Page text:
To your dog, walks are the best thing since that belly rub he begged you for earlier. After all, walks mean dogs to bark at, places to yank you toward and flowers to eat. Letting your dog know those behaviors aren't acceptable makes for a much more enjoyable stroll.
Aggressive and Fearful Dogs
When you and your pup go for a walk, you're likely to encounter different people, objects and scenarios, some of which can spook your little guy or enrage him. Although there is plenty of advice for training fearful and aggressive dogs to react differently, you must be ready for that training and a casual walk is not the time. Steering clear of anything that makes your dog react negatively makes the walk safer for you and your pup. For example, if your canine friend is dog-aggressive, turn around or walk the other way when you see a dog in the distance. If he's scared of shadows, don't walk under trees or next to large objects.
Pulling is the bane of many dog owners. In your dog's mind, he has places to go, things to see and holes to dig, so there's little time to wait on slow humans. However, keeping him by your side teaches him that you're the boss, you control the walk and it significantly cuts down on him encountering something that makes him aggressive or fearful. The best strategy to make your dog stop pulling is to stop dead in your tracks or turn around and walk the opposite way the second he starts pulling. Whenever you start walking normally again, feed him a treat or two while he stays by your side. When he pulls again, stop or walk the opposite way. Eventually your pup will learn that pulling literally gets him nowhere, and walking by your side gets him treats.
Retractable leashes might be attractive because of the freedom they give your dog when you're strolling through an empty park, but there are two primary problems with retractable leashes. They make it difficult to train your little guy to walk by your side and stop pulling, and they're unsafe, especially with aggressive dogs, even if you're constantly alert. You can't always hear a jogger coming up from behind you, but your big-eared pup certainly can. By the time you try to reel in your dog and click his leash in place, he might reach his target.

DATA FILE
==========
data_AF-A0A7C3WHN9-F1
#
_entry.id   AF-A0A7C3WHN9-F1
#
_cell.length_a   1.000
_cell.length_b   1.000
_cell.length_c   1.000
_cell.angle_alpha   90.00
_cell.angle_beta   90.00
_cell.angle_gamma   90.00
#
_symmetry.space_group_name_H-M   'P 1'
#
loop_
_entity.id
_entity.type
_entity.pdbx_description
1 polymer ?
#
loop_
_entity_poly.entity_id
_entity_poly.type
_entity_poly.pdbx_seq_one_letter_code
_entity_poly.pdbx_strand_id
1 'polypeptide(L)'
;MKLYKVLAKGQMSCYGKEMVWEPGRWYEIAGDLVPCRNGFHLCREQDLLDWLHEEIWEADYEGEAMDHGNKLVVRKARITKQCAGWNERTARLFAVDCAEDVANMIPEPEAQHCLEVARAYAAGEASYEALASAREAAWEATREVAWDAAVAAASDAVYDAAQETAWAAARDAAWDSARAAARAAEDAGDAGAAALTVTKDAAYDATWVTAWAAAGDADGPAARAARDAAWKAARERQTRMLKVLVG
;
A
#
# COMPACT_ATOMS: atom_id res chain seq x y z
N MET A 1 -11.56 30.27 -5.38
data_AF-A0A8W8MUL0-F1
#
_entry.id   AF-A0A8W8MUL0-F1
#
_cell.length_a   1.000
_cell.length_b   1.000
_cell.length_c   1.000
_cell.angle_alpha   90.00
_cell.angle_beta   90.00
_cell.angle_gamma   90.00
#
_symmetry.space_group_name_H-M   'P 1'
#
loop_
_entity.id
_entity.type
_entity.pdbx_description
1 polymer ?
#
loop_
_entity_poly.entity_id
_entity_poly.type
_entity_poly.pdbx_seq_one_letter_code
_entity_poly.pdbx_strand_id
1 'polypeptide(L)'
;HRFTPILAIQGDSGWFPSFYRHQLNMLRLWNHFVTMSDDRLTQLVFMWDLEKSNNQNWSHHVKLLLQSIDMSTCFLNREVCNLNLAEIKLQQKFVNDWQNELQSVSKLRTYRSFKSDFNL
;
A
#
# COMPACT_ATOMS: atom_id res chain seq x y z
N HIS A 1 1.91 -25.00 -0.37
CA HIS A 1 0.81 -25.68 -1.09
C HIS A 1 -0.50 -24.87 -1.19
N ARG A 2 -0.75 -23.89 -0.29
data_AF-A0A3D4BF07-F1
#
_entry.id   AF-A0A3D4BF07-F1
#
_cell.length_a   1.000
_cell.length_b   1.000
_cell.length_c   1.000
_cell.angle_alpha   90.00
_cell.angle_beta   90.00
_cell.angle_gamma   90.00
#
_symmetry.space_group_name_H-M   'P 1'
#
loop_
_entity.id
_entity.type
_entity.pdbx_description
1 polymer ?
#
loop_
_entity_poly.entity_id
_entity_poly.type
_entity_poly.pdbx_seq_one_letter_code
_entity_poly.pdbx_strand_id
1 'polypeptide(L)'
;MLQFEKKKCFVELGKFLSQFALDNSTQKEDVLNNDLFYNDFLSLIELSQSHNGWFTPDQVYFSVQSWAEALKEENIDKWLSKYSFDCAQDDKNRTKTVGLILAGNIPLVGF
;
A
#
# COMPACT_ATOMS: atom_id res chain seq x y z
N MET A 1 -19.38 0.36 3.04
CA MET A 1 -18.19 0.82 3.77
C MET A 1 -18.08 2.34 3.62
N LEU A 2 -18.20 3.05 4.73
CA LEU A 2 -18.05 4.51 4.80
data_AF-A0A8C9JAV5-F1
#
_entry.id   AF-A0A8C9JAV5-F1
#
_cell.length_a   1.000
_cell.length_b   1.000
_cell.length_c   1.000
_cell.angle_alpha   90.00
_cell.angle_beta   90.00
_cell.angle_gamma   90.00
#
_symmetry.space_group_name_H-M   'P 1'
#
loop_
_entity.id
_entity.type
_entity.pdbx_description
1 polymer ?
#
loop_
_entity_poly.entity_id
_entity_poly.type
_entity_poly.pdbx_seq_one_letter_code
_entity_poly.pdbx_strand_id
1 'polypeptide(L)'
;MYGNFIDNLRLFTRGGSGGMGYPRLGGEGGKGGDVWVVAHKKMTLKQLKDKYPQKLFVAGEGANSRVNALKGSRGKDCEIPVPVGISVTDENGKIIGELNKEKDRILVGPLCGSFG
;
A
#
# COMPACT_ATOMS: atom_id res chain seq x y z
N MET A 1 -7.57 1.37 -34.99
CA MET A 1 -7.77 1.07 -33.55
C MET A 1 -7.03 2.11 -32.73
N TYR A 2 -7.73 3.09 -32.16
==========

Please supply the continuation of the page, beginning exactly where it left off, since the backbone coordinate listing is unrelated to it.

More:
Water and Health
Bringing water with you on your walk means your dog won't suffer from dehydration. Standard water bottles don't work too well, but pet stores carry dog water bottles that fit inside a reservoir-like container. Most bottles come with a strap for easy carrying. Ration the water so that there's plenty for the entire walk. Unfortunately, water doesn't prevent other health scares. If you see your pup limping, or if he appears injured, stop the walk. Also, remember to bring plastic bags so you can pick up after your dog.
Parks and fields make for the best walking areas, because they are plenty of space and areas for your dog to exercise his legs. Sidewalks near roadways aren't a good idea unless you have nowhere else to walk your pup. Cars can spook some dogs, and you're more likely to encounter glass and other sharp objects near roads. The American Society for the Prevention of Cruelty to Animals advises keeping your pup off of people's lawns in case they use harmful chemicals, and to watch your dog doesn't chomp down on flowers or plants in fields and parks. Avoid pavement in summer and treated sidewalks in winter, both of which can harm your dog's paws. If you walk at night, the Michigan Humane Society suggests dressing in bright colors, and outfitting both you and your pup in reflective items or clothing.
Harness or Head Collar
Harnesses and head collars are great for walks, because they cut down on pulling, and they prevent accidental choking from the leash pulling on your pup's collar. Head collars are useful especially if you have an overly eager dog that likes to lunge at people or other dogs. As soon as he lunges, his head will be redirected back the opposite way, but gently so he doesn't get injured.
- Photo of not purebred dog on walk. image by Rey Kamensky from Fotolia.com